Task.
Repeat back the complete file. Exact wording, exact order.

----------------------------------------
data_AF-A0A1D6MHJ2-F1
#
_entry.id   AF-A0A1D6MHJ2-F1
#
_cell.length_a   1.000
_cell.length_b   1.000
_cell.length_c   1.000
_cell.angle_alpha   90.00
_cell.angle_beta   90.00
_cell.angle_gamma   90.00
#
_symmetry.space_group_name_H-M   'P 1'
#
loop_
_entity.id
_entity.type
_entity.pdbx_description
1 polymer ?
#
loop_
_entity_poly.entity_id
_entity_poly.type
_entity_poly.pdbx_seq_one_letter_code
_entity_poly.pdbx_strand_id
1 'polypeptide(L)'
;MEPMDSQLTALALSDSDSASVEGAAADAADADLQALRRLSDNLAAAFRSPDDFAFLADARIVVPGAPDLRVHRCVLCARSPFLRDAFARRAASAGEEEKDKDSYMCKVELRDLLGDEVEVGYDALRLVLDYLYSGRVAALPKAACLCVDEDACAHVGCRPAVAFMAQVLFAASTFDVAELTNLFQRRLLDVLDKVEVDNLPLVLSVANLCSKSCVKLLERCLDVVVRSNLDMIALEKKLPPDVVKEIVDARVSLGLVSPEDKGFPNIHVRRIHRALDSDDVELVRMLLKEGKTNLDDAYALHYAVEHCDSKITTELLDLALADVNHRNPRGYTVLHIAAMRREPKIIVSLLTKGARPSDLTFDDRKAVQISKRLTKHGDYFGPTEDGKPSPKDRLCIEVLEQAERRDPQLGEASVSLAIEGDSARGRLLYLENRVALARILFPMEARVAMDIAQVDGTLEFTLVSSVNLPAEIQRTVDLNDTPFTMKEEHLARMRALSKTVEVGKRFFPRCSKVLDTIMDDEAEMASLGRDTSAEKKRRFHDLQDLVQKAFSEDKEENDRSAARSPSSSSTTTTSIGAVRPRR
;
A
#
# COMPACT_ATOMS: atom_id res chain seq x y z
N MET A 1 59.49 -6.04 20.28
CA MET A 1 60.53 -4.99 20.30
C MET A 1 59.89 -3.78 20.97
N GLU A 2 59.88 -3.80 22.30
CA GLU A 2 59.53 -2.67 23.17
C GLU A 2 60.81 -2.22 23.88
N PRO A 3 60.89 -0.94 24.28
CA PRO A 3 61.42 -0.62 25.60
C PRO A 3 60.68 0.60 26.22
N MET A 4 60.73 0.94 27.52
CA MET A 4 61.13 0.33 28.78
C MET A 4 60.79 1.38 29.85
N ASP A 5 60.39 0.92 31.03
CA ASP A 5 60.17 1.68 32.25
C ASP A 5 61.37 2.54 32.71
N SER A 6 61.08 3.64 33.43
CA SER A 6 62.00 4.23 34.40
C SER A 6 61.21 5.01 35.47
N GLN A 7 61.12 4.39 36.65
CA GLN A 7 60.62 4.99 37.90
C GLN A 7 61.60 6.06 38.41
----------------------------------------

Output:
data_AF-A0A1D6MHJ2-F1
#
_entry.id   AF-A0A1D6MHJ2-F1
#
_cell.length_a   1.000
_cell.length_b   1.000
_cell.length_c   1.000
_cell.angle_alpha   90.00
_cell.angle_beta   90.00
_cell.angle_gamma   90.00
#
_symmetry.space_group_name_H-M   'P 1'
#
loop_
_entity.id
_entity.type
_entity.pdbx_description
1 polymer ?
#
loop_
_entity_poly.entity_id
_entity_poly.type
_entity_poly.pdbx_seq_one_letter_code
_entity_poly.pdbx_strand_id
1 'polypeptide(L)'
;MEPMDSQLTALALSDSDSASVEGAAADAADADLQALRRLSDNLAAAFRSPDDFAFLADARIVVPGAPDLRVHRCVLCARSPFLRDAFARRAASAGEEEKDKDSYMCKVELRDLLGDEVEVGYDALRLVLDYLYSGRVAALPKAACLCVDEDACAHVGCRPAVAFMAQVLFAASTFDVAELTNLFQRRLLDVLDKVEVDNLPLVLSVANLCSKSCVKLLERCLDVVVRSNLDMIALEKKLPPDVVKEIVDARVSLGLVSPEDKGFPNIHVRRIHRALDSDDVELVRMLLKEGKTNLDDAYALHYAVEHCDSKITTELLDLALADVNHRNPRGYTVLHIAAMRREPKIIVSLLTKGARPSDLTFDDRKAVQISKRLTKHGDYFGPTEDGKPSPKDRLCIEVLEQAERRDPQLGEASVSLAIEGDSARGRLLYLENRVALARILFPMEARVAMDIAQVDGTLEFTLVSSVNLPAEIQRTVDLNDTPFTMKEEHLARMRALSKTVEVGKRFFPRCSKVLDTIMDDEAEMASLGRDTSAEKKRRFHDLQDLVQKAFSEDKEENDRSAARSPSSSSTTTTSIGAVRPRR
;
A
#
# COMPACT_ATOMS: atom_id res chain seq x y z
N MET A 1 59.49 -6.04 20.28
CA MET A 1 60.53 -4.99 20.30
C MET A 1 59.89 -3.78 20.97
N GLU A 2 59.88 -3.80 22.30
CA GLU A 2 59.53 -2.67 23.17
C GLU A 2 60.81 -2.22 23.88
N PRO A 3 60.89 -0.94 24.28
CA PRO A 3 61.42 -0.62 25.60
C PRO A 3 60.68 0.60 26.22
N MET A 4 60.73 0.94 27.52
CA MET A 4 61.13 0.33 28.78
C MET A 4 60.79 1.38 29.85
N ASP A 5 60.39 0.92 31.03
CA ASP A 5 60.17 1.68 32.25
C ASP A 5 61.37 2.54 32.71
N SER A 6 61.08 3.64 33.43
CA SER A 6 62.00 4.23 34.40
C SER A 6 61.21 5.01 35.47
N GLN A 7 61.12 4.39 36.65
CA GLN A 7 60.62 4.99 37.90
C GLN A 7 61.60 6.06 38.41